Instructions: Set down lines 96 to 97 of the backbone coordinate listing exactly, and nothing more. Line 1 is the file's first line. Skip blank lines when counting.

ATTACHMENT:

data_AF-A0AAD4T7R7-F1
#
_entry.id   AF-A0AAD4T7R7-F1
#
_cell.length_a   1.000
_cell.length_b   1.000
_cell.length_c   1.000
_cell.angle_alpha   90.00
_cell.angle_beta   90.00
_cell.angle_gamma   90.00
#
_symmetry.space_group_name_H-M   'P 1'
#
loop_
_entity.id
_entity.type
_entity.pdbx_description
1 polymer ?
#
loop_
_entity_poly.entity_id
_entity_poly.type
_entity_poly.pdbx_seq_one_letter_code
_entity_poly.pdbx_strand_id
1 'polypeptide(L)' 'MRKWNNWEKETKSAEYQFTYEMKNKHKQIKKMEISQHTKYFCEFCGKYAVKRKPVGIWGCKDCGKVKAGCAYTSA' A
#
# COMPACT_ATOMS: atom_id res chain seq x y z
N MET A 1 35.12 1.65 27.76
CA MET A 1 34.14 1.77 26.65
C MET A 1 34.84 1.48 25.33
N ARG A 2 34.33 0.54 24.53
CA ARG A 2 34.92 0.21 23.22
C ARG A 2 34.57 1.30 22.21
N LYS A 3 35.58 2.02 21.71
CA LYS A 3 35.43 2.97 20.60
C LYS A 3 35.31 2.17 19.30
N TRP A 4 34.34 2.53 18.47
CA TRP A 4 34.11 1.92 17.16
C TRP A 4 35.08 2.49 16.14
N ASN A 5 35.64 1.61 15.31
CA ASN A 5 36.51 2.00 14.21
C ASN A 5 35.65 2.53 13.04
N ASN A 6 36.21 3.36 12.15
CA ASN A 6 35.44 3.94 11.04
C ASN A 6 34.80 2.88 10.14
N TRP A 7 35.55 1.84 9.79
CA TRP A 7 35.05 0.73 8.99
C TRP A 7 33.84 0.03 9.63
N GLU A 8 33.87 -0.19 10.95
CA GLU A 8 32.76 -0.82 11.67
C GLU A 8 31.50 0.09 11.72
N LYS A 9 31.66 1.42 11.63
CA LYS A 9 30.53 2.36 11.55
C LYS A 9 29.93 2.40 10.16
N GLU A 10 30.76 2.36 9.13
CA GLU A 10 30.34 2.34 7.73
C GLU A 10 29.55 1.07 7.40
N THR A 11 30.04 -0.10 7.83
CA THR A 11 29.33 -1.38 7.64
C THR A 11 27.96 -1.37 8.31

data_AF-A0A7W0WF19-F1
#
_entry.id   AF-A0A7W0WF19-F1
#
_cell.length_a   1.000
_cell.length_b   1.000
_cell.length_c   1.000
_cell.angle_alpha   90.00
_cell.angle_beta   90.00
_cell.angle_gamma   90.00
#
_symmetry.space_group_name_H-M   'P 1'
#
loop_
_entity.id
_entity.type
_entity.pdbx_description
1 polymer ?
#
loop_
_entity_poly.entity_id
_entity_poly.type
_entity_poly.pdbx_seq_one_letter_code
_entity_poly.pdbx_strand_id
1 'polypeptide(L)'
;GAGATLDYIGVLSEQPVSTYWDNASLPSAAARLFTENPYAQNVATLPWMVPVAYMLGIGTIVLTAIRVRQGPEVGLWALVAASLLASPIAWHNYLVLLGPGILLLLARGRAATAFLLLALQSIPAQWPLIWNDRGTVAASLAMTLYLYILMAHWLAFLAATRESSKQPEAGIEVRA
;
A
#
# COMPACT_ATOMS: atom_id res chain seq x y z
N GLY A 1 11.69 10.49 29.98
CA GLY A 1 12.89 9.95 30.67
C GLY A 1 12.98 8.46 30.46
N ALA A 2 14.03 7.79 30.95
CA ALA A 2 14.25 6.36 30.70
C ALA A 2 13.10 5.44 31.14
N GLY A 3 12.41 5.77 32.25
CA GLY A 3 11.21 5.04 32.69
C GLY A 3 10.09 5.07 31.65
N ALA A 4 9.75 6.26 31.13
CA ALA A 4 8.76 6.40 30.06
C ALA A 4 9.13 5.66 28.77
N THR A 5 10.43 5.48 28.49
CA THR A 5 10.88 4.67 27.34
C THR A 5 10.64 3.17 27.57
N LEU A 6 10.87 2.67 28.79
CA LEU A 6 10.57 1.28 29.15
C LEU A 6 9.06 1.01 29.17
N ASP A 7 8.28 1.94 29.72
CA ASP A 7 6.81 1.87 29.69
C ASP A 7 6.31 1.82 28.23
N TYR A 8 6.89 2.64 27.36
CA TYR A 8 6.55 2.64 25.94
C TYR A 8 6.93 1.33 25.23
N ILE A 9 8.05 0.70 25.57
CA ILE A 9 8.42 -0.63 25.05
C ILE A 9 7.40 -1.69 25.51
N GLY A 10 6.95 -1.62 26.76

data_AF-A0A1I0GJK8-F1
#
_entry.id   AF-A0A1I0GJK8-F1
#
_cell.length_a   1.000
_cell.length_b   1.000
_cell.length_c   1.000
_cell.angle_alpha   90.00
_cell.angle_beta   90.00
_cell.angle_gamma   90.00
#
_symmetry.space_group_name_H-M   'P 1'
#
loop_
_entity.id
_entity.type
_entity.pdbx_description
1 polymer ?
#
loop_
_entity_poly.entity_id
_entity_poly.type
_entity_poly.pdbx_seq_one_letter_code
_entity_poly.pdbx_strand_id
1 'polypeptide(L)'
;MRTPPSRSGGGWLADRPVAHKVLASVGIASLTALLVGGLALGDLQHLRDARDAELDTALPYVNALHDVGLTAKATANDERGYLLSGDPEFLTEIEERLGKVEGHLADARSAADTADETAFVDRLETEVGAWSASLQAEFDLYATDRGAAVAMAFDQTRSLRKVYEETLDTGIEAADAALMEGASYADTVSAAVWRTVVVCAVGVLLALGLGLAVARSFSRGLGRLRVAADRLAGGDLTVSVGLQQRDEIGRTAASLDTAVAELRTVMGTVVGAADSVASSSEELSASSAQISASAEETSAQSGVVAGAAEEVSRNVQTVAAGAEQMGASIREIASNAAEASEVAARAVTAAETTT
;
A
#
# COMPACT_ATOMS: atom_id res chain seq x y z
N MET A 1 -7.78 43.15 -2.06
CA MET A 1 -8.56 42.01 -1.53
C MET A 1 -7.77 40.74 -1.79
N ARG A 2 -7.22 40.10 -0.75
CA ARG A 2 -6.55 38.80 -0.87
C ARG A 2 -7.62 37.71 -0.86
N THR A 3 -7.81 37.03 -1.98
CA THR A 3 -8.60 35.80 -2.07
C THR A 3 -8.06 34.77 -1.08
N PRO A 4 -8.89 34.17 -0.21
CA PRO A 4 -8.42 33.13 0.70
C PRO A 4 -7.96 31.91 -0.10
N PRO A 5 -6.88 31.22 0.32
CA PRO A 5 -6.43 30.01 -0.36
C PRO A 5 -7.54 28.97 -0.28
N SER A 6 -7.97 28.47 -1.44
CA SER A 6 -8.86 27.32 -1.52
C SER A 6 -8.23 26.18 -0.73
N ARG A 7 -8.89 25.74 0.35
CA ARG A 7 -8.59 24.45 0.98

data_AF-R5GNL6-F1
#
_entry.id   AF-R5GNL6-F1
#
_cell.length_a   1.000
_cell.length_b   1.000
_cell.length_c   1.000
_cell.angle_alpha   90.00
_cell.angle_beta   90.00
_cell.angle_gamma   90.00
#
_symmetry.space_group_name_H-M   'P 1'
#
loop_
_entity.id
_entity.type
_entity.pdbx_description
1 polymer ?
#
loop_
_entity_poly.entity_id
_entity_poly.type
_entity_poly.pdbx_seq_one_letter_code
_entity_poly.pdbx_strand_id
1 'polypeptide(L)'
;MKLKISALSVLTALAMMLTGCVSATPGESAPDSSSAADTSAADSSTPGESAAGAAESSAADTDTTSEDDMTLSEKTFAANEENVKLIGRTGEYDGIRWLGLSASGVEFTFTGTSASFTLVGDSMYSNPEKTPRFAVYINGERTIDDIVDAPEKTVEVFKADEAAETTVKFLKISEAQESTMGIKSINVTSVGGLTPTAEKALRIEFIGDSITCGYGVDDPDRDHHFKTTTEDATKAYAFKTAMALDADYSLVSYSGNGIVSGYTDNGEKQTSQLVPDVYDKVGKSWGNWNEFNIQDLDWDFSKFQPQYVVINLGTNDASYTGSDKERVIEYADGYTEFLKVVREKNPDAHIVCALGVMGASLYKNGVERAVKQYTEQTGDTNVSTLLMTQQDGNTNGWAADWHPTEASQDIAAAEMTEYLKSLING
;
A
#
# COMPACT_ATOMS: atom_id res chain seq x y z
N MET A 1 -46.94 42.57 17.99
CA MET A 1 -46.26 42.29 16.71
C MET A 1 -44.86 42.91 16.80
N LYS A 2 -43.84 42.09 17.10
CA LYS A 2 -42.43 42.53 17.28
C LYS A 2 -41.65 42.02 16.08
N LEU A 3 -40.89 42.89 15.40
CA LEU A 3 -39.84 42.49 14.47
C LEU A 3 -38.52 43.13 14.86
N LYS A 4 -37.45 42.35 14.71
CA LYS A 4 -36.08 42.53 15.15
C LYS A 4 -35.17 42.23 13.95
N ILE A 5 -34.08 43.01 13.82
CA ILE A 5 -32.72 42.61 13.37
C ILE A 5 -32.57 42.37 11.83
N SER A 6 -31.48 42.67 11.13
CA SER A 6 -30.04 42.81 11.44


C ALA A 2 13.10 5.44 31.14
N GLY A 3 12.41 5.77 32.25